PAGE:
Few days back, I happened to glance through the edition of Indian Express. I came across a rather exciting news piece. The caption which read ‘security that you can’t see’ caught my attention. These words propelled me to dig deep into the article. As I gradually read through, it unfolded few exciting new facts about airport security of the Indianapolis International Airport terminal which, it stated, would open this fall. Latest techno-savvy million dollar luggage scanners, concrete bollard guards, blast-resistant glass has added an altogether different dimension to airport security.
As I read through, it brought out a very evident fact which probably laid the grounds for the development of such stringent security measures- the 9/11 attacks, which alone has contributed to arousal of a certain unique kind of fear and terror among the public and specially towards air traffic. Among all these harangue of facts, I could not keep myself from wondering about the financing that went behind all these massive billion dollar projects and their further maintenance. My curiosity was quickly answered by the following paragraph which went on to state that airports have spread out the cost of these upgrades using bond revenues, rent hikes and parking garage money among other sources of income. Still, some of the income filters down in the form of higher prices for a cup of coffee or a parking space. I will not discuss the other security intricacies in this context but would surely wish the passengers a happy and safe journey. But one question keeps hovering around the corner of my mind- do people really feel safe or are they really safe in the presence of such gizmos and gazettes?
Suddenly the thought clouded my mind that while the other parts of the world are focusing keenly on security paradigm and re-vamping the entire scenario with high tech accessories, what about the Indian storyline. I remember reading an article in The Times of India where the Government was reported to have taken immediate steps after reviewing the security situation at the airports during the serial blasts in Mumbai and Srinagar. The paramilitary forces were deployed at the terminals to ensure extra security efficiency during these high-alert situations. But I feel, as in many other of such high-end sensitive issues that the precaution should be proactive and not reactive. In a report on Global Airport Security, it stated that after several years focused on domestic security, the US is now ratcheting up efforts to thwart threats aboard, which, unfortunately seems to be formidable.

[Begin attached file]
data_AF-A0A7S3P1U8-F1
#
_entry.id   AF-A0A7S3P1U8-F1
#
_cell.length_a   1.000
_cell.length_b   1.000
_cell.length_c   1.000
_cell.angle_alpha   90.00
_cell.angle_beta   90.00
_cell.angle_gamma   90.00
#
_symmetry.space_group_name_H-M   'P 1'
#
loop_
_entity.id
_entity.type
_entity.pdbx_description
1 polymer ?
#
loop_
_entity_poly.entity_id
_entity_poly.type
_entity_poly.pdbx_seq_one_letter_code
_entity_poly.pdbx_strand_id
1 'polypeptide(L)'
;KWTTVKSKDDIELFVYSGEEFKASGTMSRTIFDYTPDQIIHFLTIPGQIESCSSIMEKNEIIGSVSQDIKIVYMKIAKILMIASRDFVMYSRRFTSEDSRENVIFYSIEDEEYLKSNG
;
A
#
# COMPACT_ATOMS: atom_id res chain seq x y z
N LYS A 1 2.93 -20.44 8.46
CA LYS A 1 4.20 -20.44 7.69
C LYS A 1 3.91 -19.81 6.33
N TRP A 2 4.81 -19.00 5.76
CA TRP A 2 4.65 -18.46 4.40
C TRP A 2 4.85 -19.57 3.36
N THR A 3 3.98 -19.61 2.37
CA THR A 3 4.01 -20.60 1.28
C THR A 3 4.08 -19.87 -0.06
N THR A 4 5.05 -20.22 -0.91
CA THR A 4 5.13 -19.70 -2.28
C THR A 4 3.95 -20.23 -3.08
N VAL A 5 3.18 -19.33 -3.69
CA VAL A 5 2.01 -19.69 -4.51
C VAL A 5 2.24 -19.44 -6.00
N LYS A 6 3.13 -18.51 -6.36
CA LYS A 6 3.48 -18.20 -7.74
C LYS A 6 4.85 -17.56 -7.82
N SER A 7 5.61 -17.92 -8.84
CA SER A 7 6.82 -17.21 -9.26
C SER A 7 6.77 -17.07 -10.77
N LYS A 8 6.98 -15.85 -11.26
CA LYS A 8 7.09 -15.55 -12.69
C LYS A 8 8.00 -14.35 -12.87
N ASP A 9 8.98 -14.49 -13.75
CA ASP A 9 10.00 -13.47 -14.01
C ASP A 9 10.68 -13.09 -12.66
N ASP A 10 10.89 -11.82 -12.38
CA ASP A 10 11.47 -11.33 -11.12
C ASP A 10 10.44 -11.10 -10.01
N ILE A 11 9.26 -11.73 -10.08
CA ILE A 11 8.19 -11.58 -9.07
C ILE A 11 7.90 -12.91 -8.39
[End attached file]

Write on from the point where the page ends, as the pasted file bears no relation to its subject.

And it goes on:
But we still fall short of predicting such security urgency resulting in certain unavoidable mishaps taking a toll on human lives and their families. The Government should realize that it is high time to address the absence of baseline security standards, which should be the next challenge in securing the skies. Few days back on June 9, 2008, another article on airport security in The Time of India threw light on the Indian side of the story. It mentioned how the “hyper-sensitive” Delhi terminal is going hi-tech with an array of new techno gazettes to ensure a less time consuming and ‘safe’ journey for the passengers. Being one of the most populated airports in India, the security protocols of the Delhi airport is of prime importance for the Government and the public alike. The article broadened my knowledge on the introduction of the current security upgrades in one of the busiest terminal of the nation. The series of hi-tech accessories include a four-layer “perimeter intrusion system”, internet-protocol-based cameras, in-line baggage clearing system and explosive vapour detectors among few others to counter the threats to the airport. Two ground bomb killer blankets (GBK) will also be available in the terminal buildings to safeguard against any explosives or dangerous objects. The full-fledged security project along with a central monitoring control unit will be functional from 2010 as per the report. The implementation time seems so near yet so far. Why we still lag behind in such security measures while the global arena has seen a make-over years back.
Probably these high-tech names will help volatilize the fear regarding safety and security in the minds of the passengers to some extent but will it ever succeed in obliterating the terror-stricken nightmares altogether? Few of the airport and flight mishaps contouring around terrorist attacks in the recent past have condoned every passenger in a state of uncertainty and fear. The nullifying effect could possibly include bridging the gap by a mortar of trust, care and assurance. Next time I travel, I might feel satisfied with all the high-tech security around, but still at some remote corner of my mind, I struggle with an invisible fear. Every stone has been tuned to make me feel safe, but am I really ‘safe’?